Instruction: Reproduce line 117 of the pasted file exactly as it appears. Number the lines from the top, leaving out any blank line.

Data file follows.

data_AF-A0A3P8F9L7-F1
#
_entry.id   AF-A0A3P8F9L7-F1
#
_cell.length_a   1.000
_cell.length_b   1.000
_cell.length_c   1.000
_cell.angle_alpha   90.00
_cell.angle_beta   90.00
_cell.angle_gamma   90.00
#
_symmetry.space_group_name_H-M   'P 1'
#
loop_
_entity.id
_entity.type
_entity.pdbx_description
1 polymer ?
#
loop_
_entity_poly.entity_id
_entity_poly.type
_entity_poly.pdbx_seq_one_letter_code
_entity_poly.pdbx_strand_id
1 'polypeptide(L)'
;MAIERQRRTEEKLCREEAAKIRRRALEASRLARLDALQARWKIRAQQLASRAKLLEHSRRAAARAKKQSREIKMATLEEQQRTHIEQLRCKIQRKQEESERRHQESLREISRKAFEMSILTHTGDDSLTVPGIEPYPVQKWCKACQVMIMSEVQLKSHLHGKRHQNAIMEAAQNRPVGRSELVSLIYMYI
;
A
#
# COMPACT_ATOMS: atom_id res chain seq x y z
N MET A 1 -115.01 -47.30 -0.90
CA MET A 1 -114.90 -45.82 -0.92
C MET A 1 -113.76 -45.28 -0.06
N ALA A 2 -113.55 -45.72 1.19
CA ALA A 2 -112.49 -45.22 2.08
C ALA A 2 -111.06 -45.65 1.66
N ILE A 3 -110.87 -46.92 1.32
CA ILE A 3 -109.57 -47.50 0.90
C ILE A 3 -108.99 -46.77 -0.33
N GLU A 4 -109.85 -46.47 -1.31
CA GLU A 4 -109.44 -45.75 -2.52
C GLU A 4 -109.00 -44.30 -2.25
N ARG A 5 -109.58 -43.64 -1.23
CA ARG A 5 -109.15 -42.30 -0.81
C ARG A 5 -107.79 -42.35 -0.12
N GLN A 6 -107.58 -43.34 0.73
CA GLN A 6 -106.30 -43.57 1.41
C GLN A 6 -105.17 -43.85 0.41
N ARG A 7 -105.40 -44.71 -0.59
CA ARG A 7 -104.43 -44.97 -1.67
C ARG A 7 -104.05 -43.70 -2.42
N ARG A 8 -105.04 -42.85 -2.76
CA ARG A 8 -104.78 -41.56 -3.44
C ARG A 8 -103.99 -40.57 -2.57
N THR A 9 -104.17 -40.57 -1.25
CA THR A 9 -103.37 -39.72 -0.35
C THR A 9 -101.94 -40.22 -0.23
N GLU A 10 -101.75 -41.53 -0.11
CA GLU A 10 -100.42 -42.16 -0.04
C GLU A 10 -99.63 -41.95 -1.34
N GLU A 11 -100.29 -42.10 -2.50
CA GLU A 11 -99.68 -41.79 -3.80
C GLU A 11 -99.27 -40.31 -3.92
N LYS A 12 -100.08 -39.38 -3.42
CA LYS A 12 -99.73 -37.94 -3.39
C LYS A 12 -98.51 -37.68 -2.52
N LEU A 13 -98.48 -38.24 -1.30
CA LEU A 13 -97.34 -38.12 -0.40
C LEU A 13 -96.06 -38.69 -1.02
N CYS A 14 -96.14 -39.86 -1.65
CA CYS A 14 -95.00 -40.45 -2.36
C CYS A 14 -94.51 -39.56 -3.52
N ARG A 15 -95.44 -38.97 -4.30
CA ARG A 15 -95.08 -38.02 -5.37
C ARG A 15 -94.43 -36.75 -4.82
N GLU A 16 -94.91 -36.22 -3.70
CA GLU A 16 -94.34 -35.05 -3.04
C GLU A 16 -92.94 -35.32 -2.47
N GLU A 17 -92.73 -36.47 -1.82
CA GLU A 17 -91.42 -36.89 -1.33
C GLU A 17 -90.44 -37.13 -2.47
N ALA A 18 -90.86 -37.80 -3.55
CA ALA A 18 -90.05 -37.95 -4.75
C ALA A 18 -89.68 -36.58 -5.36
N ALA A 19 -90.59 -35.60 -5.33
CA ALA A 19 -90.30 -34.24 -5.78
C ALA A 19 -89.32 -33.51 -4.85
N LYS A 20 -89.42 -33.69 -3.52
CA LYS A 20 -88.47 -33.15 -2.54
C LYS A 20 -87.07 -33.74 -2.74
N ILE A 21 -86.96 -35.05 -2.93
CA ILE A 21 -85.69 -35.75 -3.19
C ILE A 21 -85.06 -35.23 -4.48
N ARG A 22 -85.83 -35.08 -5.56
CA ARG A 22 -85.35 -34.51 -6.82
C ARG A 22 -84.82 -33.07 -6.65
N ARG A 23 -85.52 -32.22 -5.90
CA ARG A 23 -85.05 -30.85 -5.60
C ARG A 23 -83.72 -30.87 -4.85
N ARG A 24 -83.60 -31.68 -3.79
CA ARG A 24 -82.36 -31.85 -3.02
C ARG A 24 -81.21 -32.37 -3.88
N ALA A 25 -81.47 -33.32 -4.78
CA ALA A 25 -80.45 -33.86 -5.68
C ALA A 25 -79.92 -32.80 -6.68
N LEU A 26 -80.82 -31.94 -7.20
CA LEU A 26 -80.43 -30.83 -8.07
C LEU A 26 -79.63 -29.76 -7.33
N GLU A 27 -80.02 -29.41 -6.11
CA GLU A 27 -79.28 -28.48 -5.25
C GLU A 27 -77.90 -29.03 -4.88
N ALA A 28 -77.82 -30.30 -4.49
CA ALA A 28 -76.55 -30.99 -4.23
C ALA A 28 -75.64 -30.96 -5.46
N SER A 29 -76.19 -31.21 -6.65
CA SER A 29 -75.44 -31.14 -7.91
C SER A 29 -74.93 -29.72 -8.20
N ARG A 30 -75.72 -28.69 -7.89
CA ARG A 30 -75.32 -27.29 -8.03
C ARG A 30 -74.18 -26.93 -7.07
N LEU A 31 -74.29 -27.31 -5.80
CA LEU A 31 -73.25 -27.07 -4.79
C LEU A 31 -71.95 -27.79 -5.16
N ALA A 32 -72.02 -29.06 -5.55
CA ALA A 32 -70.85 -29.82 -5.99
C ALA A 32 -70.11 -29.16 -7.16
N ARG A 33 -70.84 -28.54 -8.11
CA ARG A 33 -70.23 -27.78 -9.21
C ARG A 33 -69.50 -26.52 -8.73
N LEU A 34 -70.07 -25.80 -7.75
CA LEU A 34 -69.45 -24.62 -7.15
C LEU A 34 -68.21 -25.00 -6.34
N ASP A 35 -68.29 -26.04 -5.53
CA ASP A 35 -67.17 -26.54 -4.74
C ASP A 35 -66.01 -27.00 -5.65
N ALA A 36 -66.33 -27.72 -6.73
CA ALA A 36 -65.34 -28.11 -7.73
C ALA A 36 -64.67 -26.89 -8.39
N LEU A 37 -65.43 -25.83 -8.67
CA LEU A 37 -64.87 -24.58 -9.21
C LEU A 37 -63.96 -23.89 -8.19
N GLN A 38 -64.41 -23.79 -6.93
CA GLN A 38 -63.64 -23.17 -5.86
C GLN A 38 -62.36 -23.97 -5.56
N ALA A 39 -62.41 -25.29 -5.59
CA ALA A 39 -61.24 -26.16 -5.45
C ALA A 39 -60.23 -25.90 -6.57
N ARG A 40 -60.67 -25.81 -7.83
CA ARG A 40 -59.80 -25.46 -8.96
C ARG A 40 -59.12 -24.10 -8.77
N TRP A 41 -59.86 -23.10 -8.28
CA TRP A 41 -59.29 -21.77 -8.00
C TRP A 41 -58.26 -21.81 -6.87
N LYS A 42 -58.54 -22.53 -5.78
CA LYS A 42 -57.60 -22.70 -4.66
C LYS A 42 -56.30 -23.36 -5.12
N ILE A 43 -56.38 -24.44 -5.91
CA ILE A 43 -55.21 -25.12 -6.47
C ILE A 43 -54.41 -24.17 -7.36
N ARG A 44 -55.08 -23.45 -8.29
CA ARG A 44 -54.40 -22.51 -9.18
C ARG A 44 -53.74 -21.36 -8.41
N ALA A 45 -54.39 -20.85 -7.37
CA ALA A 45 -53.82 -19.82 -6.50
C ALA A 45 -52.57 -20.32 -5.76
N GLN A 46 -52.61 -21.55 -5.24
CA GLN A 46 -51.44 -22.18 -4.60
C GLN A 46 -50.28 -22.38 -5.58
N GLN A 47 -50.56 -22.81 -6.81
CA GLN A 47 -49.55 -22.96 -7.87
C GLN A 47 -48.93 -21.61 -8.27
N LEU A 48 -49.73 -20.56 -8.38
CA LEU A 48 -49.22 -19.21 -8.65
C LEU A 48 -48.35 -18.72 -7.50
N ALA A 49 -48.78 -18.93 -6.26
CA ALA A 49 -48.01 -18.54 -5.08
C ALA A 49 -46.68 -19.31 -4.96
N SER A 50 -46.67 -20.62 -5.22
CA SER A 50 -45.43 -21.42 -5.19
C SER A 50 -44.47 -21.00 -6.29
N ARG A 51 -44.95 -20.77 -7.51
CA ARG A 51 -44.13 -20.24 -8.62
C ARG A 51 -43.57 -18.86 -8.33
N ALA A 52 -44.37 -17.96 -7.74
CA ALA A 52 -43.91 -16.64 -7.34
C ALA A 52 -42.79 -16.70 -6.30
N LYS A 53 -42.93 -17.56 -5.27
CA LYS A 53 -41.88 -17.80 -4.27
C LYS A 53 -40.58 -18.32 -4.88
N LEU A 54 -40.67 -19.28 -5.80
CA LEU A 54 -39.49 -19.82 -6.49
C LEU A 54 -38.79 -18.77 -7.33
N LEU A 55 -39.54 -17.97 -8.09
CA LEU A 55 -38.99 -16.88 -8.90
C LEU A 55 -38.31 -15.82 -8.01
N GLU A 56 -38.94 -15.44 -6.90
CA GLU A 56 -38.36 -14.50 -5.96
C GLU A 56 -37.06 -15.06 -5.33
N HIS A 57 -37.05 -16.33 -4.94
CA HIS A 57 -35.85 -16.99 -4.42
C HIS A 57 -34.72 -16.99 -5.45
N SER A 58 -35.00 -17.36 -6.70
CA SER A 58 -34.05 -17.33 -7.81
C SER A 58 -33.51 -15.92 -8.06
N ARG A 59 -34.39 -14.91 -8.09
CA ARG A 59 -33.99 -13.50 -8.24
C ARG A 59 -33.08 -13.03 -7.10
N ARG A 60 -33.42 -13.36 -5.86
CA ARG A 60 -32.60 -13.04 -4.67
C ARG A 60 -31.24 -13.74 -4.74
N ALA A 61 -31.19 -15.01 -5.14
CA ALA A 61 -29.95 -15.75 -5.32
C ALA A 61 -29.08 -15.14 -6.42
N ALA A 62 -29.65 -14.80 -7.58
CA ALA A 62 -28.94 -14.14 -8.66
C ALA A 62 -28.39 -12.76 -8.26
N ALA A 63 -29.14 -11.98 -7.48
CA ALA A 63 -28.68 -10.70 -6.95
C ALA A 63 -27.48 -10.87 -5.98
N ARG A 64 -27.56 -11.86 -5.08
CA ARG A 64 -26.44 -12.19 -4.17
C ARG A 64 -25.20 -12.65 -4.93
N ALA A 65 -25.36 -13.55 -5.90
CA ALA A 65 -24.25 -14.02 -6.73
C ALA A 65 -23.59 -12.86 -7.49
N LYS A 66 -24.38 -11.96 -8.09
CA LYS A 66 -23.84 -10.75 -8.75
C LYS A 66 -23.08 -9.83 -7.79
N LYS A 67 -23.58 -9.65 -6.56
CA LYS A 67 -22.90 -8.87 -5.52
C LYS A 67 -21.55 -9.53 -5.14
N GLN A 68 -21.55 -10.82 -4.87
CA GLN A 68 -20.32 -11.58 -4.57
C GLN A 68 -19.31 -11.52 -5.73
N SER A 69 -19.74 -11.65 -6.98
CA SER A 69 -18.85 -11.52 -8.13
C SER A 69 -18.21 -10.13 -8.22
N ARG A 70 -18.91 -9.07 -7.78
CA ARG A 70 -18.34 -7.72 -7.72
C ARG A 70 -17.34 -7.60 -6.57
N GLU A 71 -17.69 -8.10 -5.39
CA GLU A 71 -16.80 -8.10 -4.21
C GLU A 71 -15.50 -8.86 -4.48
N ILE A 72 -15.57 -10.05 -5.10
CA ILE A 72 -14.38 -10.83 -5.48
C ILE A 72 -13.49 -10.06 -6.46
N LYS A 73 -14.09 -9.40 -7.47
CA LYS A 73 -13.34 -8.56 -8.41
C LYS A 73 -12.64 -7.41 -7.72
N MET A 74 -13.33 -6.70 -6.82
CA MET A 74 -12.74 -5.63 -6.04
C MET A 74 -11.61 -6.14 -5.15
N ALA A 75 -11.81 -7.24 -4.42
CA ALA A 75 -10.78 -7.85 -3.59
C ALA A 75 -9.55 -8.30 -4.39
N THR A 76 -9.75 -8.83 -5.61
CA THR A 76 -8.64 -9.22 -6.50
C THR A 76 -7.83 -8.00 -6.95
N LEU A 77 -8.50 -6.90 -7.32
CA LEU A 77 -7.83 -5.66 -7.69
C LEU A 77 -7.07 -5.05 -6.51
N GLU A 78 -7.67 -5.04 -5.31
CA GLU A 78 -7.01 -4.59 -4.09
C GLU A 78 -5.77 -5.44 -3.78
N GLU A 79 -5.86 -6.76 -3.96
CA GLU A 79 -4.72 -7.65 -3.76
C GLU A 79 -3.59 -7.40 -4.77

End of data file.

C SER A 29 -74.93 -29.72 -8.20